Spellcheck is not super happy with this bread! It's a yeast-raised rye bread with a large amount of rye levain added for flavor. It also uses a soaker, which for me used a three-day-old sourdough, and includes a pretty large quantity of bread spice (caraway, fennel, anise, and coriander). In addition to the rye, it's also got a pretty large amount of spelt flour, as well as some wheat flour for structure. The quantity of wheat flour is low enough to yield a pretty flat, dense bread, however. I've never had this anywhere, so I can't really compare, but the flavor was quite good, and though it is dense, as long as that's what you are expecting I didn't find it unpleasantly so.

 

20200628-DSC_5147.jpg

 

 

Sounds great!    I wonder if adding some VWG would help develop a loaf that could hold its structure more?   I might give this a go but perhaps bake in a loaf tin as it sounds like a good sandwich bread.

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Posted (edited)
On 6/24/2020 at 1:28 AM, Mutleyracers said:

Hi, this looks great. Thanks for sharing. When you use the steam setting on the oven, how long do you use it for and then what temp just on convection?

 

Thank you 

 

It takes about 40 mins, For last few years I'm using easy cook on the steam oven, I just tell it the weight and it does the rest.  I tried it once manually doing steam / convection times per MB, but that was years ago (And this post).  So I don't recall any specifics.  Easy mode works great!

Edited by Raamo (log)
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7 hours ago, Al Percival said:

Sounds great!    I wonder if adding some VWG would help develop a loaf that could hold its structure more?

Yes, for sure. Look at the 100% High-Ryes as an example of this. That dough works almost like an all-wheat dough, there is so much added gluten.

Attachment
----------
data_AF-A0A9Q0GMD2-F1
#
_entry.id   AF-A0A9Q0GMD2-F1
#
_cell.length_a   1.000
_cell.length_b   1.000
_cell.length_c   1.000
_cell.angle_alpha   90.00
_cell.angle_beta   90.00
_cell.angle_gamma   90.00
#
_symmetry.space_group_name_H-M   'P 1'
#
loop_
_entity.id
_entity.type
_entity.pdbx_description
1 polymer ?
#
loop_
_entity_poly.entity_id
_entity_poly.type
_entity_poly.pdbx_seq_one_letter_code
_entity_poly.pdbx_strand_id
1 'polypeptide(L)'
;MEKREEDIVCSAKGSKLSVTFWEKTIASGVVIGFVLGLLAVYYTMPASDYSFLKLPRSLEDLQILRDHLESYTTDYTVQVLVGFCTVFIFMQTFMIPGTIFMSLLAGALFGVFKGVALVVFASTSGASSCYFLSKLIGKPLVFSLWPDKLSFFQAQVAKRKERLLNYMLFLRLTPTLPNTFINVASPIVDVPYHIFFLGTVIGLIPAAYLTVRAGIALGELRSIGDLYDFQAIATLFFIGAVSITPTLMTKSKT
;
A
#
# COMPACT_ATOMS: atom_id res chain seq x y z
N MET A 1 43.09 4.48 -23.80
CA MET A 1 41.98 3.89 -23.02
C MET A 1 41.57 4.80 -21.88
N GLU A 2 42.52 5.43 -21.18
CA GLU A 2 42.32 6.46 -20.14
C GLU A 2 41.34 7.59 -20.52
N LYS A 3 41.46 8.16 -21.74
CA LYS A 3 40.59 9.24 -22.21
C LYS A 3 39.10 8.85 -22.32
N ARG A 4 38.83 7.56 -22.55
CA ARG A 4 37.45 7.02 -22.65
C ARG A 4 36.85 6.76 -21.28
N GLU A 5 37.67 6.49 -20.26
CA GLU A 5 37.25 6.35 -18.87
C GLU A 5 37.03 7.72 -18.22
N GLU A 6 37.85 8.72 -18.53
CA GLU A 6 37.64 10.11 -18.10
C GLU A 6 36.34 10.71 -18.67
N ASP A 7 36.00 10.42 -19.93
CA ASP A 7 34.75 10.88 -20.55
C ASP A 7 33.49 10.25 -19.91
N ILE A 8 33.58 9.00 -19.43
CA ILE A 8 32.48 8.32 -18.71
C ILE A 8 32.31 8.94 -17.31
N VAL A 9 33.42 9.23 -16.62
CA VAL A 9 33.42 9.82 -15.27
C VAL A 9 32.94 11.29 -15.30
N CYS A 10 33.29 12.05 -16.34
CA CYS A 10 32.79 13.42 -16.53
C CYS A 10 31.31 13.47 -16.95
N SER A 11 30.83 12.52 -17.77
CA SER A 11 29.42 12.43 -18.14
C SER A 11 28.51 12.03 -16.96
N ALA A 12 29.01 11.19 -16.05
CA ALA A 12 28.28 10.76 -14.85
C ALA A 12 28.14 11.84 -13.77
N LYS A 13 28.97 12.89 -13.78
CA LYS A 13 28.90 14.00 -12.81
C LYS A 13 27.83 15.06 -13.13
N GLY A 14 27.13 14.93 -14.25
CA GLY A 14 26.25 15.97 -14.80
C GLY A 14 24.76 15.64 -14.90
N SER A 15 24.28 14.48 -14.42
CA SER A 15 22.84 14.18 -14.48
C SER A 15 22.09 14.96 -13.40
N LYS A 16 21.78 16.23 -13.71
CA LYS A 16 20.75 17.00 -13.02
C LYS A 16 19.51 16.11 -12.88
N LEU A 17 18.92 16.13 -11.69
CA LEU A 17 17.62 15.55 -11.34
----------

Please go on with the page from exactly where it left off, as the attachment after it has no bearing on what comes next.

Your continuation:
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Hazelnut Pistachio , Cocoa Nib, and Apricot Loaf with Spices (p. 4•427)

This bread is in their section on "brick breads," as a sub-recipe to the Whole Grain bread (where here by "whole grain" they truly mean "left whole" as in, not ground into flour). It actually doesn't have any whole grains in it, but it exists in the same spirit as those breads: just enough flour to hold together a massive quantity of whole ingredients. In this case, nuts (I used pistachios), crushed cocoa nibs, and diced dried apricot. It also has a very large amount of cloves, some cinnamon, and some thyme. I had much more success with this bread than I did with the Vollkornbrot - it's much easier to eat, and you don't need anything special to slice it. In many ways it is reminiscent of a quick bread, though of course it is not one.

 

DSC_5610.jpg

 

DSC_5592.jpg

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51 minutes ago, Chris Hennes said:

Hazelnut Pistachio , Cocoa Nib, and Apricot Loaf with Spices (p. 4•427)

This bread is in their section on "brick breads," as a sub-recipe to the Whole Grain bread (where here by "whole grain" they truly mean "left whole" as in, not ground into flour). It actually doesn't have any whole grains in it, but it exists in the same spirit as those breads: just enough flour to hold together a massive quantity of whole ingredients. In this case, nuts (I used pistachios), crushed cocoa nibs, and diced dried apricot. It also has a very large amount of cloves, some cinnamon, and some thyme. I had much more success with this bread than I did with the Vollkornbrot - it's much easier to eat, and you don't need anything special to slice it. In many ways it is reminiscent of a quick bread, though of course it is not one.

 

DSC_5610.jpg

 

 

Wow quite a an interesting loaf. You may have inspired me to expand my horizons

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Two-Step Sandwich Loaf (p. 4•302)

Sourdough and Whole-Grain Bread with Pistachio, Cocoa Nib, and Apricot

 

One of the reasons I was interested in the brick bread above is because I wanted to experiment with their two-step sandwich loaf. In this bread, you make one conventional high-strength dough, and then treat the brick bread dough as an inclusion (scaled at about 30%). In my case I made a conventional 1kg sourdough, and then added 275g of the pistachio, cocoa nib and apricot dough to it. This gets baked in a loaf pan, as it is ostensibly a "sandwich" loaf, though to be honesty I don't know what sandwich you'd make with it. I thought it made pretty good toast, though.